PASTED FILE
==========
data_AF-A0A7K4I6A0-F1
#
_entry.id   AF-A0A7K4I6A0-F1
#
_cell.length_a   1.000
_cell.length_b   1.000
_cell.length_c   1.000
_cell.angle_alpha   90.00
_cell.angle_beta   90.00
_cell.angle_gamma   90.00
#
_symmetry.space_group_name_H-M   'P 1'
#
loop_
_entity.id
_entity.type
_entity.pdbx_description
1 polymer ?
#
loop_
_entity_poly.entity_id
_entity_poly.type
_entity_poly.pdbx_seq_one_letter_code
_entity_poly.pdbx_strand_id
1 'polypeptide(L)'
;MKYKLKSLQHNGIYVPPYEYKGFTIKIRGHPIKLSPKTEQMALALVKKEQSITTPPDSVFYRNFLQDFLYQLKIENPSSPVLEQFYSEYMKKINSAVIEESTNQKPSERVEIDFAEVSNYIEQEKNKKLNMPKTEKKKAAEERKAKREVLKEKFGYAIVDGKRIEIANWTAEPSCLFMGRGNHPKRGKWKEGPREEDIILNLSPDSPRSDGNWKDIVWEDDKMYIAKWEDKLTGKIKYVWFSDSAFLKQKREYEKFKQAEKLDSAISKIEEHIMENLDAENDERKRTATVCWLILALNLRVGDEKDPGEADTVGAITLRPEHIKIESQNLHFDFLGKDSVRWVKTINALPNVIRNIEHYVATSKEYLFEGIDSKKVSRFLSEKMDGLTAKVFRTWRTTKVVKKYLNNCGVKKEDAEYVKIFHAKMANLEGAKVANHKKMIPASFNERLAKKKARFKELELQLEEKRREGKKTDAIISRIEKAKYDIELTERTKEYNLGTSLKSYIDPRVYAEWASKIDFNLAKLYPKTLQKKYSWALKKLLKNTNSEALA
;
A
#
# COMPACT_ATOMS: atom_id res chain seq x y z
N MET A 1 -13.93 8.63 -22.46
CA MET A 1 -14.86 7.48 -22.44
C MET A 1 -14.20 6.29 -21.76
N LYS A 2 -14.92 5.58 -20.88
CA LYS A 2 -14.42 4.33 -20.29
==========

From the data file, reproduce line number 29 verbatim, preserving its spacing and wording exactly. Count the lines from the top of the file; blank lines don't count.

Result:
#